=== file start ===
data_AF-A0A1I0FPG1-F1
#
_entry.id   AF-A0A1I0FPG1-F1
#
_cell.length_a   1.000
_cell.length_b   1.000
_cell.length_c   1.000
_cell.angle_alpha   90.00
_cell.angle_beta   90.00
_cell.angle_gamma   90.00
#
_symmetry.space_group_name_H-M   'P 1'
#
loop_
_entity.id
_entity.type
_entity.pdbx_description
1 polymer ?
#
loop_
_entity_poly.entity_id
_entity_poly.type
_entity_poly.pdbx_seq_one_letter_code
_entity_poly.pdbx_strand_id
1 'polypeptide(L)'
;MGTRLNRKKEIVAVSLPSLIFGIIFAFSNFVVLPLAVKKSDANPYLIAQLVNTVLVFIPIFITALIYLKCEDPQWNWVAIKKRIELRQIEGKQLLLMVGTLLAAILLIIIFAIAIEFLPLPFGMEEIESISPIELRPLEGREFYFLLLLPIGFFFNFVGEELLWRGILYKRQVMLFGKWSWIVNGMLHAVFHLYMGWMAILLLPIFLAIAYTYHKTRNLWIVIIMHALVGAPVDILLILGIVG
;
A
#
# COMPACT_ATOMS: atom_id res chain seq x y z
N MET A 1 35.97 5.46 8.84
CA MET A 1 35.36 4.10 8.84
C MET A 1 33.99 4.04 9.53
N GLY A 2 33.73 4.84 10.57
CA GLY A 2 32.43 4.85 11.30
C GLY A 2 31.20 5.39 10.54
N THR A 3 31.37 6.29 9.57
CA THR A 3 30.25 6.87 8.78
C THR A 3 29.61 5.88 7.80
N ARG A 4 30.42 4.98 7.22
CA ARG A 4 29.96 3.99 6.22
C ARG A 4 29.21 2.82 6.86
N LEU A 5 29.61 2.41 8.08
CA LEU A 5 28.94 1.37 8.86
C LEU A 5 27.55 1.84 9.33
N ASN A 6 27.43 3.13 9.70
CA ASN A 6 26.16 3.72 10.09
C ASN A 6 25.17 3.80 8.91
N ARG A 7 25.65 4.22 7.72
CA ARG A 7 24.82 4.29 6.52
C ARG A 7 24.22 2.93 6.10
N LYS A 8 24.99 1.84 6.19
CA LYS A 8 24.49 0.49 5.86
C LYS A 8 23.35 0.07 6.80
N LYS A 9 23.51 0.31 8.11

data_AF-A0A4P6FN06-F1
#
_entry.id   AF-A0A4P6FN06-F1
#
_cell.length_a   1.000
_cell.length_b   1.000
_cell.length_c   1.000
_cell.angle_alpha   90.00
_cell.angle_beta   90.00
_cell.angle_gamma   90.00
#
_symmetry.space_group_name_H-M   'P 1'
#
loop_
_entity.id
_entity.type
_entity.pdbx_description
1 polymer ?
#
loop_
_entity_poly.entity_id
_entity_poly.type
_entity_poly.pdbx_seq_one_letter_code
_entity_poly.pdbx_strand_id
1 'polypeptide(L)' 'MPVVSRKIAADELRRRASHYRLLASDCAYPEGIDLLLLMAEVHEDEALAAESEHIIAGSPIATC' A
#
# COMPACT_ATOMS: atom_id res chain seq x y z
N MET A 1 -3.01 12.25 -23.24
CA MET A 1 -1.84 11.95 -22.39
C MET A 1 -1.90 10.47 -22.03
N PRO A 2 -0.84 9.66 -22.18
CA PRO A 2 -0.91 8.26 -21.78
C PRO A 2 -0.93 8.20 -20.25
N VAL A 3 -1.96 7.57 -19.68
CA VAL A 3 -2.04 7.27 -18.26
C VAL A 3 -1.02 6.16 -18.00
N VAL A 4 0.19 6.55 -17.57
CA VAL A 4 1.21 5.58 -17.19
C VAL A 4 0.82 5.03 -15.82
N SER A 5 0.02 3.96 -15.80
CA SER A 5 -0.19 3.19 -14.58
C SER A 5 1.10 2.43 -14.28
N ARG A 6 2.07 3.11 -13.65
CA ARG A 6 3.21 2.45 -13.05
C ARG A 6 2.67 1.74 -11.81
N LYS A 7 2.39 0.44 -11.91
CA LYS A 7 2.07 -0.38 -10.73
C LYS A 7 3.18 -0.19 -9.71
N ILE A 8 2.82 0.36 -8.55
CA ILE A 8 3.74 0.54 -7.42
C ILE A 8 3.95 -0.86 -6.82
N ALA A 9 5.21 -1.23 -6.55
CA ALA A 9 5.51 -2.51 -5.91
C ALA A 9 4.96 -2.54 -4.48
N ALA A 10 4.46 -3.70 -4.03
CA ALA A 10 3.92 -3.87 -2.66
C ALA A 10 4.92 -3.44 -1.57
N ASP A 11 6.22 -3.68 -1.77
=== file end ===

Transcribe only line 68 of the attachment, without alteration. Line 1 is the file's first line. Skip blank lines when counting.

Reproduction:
#